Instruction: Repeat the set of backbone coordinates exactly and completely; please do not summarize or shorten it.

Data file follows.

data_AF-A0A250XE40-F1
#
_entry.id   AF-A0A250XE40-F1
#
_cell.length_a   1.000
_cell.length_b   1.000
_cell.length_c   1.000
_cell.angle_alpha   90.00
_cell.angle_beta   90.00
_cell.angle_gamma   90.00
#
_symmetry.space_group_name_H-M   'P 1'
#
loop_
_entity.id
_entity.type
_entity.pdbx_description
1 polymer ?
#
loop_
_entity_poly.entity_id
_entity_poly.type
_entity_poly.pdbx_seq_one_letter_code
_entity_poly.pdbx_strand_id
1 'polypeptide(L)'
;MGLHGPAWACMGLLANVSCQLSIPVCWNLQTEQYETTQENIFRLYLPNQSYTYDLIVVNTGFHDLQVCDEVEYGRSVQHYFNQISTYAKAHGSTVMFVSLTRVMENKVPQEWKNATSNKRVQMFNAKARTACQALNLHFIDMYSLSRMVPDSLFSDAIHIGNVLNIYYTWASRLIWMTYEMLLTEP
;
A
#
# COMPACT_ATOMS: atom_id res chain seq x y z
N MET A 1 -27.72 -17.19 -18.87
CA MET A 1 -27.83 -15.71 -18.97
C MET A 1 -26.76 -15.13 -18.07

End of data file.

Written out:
data_AF-A0A250XE40-F1
#
_entry.id   AF-A0A250XE40-F1
#
_cell.length_a   1.000
_cell.length_b   1.000
_cell.length_c   1.000
_cell.angle_alpha   90.00
_cell.angle_beta   90.00
_cell.angle_gamma   90.00
#
_symmetry.space_group_name_H-M   'P 1'
#
loop_
_entity.id
_entity.type
_entity.pdbx_description
1 polymer ?
#
loop_
_entity_poly.entity_id
_entity_poly.type
_entity_poly.pdbx_seq_one_letter_code
_entity_poly.pdbx_strand_id
1 'polypeptide(L)'
;MGLHGPAWACMGLLANVSCQLSIPVCWNLQTEQYETTQENIFRLYLPNQSYTYDLIVVNTGFHDLQVCDEVEYGRSVQHYFNQISTYAKAHGSTVMFVSLTRVMENKVPQEWKNATSNKRVQMFNAKARTACQALNLHFIDMYSLSRMVPDSLFSDAIHIGNVLNIYYTWASRLIWMTYEMLLTEP
;
A
#
# COMPACT_ATOMS: atom_id res chain seq x y z
N MET A 1 -27.72 -17.19 -18.87
CA MET A 1 -27.83 -15.71 -18.97
C MET A 1 -26.76 -15.13 -18.07